Pfizer is working on leveraging the research it has done on mRNA vaccines to make a new flu shot.
The company announced Monday that it is in Phase 1 of a clinical trial that will examine the safety and effects of a single dose mRNA-based flu shot.
Pfizer said during the announcement that it had been working on a potential mRNA flu shot.
“The COVID-19 pandemic allowed us to deliver on the immense scientific opportunity of mRNA. Influenza remains an area where we see a need for vaccines which could result in improved efficacy in any given season, and we believe mRNA is the ideal technology to take on this challenge to transform global health outcomes,” Kathrin Jansen, Ph.D., senior vice president and the head of vaccine research & development, said in a news release.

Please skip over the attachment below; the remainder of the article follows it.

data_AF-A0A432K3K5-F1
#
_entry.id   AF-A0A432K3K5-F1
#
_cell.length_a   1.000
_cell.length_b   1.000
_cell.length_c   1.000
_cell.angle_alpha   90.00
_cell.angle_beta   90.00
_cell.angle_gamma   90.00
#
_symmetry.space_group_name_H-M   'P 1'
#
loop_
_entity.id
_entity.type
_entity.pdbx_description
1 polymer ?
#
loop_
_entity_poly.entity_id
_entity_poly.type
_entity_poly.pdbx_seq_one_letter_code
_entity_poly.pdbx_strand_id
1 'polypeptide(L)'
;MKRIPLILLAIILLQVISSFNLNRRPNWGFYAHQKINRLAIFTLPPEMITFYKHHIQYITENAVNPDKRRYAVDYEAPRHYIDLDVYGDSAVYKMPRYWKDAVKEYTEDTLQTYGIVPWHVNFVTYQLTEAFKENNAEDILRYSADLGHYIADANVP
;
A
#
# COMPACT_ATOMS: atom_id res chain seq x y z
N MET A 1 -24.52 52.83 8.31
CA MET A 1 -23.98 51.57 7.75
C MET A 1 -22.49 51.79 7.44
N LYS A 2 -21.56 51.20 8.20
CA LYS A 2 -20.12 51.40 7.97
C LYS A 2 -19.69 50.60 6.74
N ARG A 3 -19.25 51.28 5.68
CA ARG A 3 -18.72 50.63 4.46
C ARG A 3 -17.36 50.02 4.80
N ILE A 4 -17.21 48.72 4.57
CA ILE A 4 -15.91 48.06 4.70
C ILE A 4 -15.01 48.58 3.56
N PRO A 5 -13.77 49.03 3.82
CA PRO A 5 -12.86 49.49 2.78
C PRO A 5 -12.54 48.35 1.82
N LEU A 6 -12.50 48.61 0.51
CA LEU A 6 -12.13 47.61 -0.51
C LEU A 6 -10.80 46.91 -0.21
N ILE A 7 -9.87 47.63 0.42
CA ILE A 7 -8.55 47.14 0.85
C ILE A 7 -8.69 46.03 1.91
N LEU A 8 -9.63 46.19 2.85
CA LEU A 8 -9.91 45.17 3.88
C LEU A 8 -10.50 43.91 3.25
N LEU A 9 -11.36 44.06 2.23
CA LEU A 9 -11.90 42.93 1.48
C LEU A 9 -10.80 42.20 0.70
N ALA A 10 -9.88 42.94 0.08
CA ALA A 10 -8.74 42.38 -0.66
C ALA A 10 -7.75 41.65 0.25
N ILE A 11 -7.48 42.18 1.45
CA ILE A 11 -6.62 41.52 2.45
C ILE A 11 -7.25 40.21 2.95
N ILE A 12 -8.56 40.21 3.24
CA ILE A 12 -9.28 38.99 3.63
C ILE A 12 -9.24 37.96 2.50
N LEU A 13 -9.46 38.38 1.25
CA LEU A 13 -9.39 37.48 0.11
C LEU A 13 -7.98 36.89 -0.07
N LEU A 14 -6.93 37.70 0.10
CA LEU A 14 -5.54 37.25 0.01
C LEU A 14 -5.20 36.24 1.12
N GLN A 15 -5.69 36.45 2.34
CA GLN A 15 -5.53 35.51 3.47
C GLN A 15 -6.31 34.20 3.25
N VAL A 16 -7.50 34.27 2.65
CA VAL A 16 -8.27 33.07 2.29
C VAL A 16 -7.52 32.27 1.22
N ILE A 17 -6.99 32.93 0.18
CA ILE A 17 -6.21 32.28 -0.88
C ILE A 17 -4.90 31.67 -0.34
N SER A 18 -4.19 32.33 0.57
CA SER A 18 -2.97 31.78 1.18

Currently, vaccine strains are decided upon about six months before the flu season begins, then they are developed by growing the virus in chicken eggs or mammalian cells. The virus is inactivated and processed to make the vaccine.
In an mRNA vaccine, researchers need the genetic sequence of the virus which, when used, will allow for quicker response and development of a treatment, Pfizer said.
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